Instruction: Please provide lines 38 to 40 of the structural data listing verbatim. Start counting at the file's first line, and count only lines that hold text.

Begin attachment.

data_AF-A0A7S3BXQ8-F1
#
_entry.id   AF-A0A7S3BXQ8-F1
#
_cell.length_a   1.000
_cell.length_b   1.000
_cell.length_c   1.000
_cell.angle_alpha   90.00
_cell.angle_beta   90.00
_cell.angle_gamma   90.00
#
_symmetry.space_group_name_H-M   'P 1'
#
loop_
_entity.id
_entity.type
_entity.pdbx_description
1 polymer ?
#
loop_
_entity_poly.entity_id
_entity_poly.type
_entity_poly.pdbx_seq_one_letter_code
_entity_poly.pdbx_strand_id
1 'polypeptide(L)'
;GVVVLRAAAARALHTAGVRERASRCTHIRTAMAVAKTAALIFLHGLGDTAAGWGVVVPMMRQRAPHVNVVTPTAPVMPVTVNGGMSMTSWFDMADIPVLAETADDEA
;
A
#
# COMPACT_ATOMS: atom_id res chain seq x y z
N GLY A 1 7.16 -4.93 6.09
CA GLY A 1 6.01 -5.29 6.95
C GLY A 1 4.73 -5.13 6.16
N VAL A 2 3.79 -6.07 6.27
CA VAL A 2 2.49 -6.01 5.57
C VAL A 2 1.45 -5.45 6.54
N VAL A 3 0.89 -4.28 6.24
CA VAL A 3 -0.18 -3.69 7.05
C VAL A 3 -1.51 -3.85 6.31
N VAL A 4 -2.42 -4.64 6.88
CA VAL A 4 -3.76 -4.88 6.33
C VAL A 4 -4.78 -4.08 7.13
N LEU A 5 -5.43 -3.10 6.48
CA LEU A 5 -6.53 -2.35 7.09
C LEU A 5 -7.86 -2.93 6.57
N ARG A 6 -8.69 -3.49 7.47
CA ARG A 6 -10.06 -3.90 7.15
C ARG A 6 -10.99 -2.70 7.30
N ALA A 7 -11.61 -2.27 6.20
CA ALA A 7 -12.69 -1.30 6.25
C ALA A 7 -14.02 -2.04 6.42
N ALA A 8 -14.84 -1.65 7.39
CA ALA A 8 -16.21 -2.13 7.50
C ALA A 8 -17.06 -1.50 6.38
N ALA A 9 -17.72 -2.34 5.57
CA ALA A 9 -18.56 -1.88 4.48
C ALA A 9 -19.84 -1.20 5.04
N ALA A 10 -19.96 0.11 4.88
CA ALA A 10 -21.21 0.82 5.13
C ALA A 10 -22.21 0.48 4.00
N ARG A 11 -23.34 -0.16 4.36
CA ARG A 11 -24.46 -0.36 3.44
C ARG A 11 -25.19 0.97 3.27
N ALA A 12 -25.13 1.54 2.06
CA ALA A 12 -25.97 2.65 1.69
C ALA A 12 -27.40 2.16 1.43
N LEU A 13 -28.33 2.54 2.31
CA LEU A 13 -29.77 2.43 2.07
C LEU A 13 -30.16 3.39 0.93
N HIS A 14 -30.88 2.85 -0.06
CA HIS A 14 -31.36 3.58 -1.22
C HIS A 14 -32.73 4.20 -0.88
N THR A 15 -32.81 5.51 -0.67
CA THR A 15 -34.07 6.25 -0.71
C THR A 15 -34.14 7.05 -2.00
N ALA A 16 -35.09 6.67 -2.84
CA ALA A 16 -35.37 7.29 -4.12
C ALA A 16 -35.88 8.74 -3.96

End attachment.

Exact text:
CA VAL A 3 -0.18 -3.69 7.05
C VAL A 3 -1.51 -3.85 6.31
N VAL A 4 -2.42 -4.64 6.88